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Command line interface

A CLI, or command-line interface, is a console that helps users issue commands to a program.
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Command line interface

A CLI that runs HTTP requests defined in a simple plain text format

There are a lot of HTTP client tools out there. This one is neat because of its simple/repeatable plain text API that I’d imagine works great for writing integration tests.

# Get home:

HTTP/1.1 200
csrf_token: xpath "string(//meta[@name='_csrf_token']/@content)"

# Do login!
X-CSRF-TOKEN: {{csrf_token}}

HTTP/1.1 302


Datree is a CLI to ensure K8s manifests and Helm charts follow best practices

Datree is a CLI tool that supports Kubernetes admins in their roles, by preventing developers from making errors in Kubernetes configurations that can cause clusters to fail in production. Our CLI tool is open source, enabling it to be supported by the Kubernetes community.

It’s far more effective than manual processes, such as sending an email to a slew of developers, begging them to set various limits, which likely falls on deaf ears because developers are already overwhelmed.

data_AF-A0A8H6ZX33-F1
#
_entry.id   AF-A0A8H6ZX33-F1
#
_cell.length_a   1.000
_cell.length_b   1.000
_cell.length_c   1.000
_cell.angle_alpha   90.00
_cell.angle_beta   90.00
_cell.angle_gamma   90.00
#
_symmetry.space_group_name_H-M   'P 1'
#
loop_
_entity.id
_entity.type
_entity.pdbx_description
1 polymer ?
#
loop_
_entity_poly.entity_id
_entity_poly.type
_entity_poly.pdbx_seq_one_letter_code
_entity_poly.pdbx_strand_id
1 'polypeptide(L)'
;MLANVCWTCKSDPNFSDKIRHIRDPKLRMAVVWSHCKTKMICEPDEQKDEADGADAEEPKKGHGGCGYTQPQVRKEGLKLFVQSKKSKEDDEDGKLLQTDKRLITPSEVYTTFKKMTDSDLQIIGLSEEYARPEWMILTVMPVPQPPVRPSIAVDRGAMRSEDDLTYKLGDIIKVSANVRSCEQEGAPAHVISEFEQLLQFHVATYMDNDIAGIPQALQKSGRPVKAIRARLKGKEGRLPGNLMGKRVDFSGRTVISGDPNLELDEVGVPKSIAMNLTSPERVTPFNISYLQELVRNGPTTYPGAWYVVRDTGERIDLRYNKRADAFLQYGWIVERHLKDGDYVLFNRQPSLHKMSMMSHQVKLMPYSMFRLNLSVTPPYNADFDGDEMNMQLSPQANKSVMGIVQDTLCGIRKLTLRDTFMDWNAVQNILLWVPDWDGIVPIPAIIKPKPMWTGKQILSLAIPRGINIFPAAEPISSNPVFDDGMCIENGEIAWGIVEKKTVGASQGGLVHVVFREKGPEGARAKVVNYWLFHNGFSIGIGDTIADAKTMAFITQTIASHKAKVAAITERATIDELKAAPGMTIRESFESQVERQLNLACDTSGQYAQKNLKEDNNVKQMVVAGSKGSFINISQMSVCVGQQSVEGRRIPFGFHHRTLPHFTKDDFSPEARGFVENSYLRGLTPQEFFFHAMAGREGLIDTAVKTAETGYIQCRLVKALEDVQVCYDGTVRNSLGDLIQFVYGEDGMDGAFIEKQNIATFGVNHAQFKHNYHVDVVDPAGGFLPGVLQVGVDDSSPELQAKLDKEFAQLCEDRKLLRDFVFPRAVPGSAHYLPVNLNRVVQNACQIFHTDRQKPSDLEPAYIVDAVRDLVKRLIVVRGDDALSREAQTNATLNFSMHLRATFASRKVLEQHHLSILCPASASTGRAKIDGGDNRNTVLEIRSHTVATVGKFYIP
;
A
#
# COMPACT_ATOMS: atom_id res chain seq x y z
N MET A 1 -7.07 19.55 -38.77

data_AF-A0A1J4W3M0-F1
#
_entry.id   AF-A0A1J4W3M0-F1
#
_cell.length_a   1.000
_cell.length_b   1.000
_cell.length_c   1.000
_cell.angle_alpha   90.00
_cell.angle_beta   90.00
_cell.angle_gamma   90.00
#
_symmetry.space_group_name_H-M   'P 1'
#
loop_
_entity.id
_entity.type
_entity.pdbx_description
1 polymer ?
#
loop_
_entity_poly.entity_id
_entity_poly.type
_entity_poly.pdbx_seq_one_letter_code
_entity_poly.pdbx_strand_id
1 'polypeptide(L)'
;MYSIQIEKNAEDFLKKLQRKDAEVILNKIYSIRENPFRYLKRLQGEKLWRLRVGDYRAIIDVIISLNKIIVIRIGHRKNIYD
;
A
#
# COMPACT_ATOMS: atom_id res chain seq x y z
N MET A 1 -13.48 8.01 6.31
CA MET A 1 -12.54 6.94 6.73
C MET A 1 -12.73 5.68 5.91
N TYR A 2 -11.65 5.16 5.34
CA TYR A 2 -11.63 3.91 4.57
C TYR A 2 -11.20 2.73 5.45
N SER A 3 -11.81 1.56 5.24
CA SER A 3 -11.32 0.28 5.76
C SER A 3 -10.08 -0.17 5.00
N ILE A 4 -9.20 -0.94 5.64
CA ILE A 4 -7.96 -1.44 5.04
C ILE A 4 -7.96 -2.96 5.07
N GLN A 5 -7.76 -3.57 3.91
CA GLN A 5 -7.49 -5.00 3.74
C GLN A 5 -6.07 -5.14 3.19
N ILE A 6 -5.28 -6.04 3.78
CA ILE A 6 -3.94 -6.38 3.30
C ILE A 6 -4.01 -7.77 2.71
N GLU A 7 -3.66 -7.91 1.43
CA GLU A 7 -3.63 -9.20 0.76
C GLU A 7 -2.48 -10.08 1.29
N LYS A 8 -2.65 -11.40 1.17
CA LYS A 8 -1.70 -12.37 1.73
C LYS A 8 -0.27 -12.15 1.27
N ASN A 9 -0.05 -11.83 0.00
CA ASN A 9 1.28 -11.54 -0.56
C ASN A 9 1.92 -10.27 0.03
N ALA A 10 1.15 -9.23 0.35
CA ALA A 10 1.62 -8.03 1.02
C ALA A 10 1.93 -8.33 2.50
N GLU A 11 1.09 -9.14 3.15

In addition the CIL, Datree provides a web app interface which you can see in action right here.


A highly customizable and lightweight framework for crafting Go CLIs

Nice is a highly customizable and lightweight framework for crafting CLI apps.

Nice respects idiomatic Go code and focuses to be clear, efficient and easy to write and maintain.

You can use it as a full-featured non-opinionated framework or use any nice packages as stand-alone libraries.

I’m a big fan of the similar projects section in the README. Classy!

A highly customizable and lightweight framework for crafting Go CLIs


Getting to know JQ

This is a solid primer on the usefulness of jq (a lightweight, command-line JSON processor.)

In this article, I’m going to go over the basics building blocks of jq in enough depth that you will be able to understand how jq works. Of course, you still might occasionally need to head to google to find a function name or check your syntax, but at least you’ll have a firm grounding in the basics.

Command line interface

Bashly - Bash CLI Framework and Generator

This comment on HN does a great job summarizing Bashly.

…think of this as an argparse equivalent for Bash. You provide a YAML file listing commands, subcommands, arguments, and flags, and it automatically generates a Bash script that can parse and validate them, provide help messages, and run your code for each command.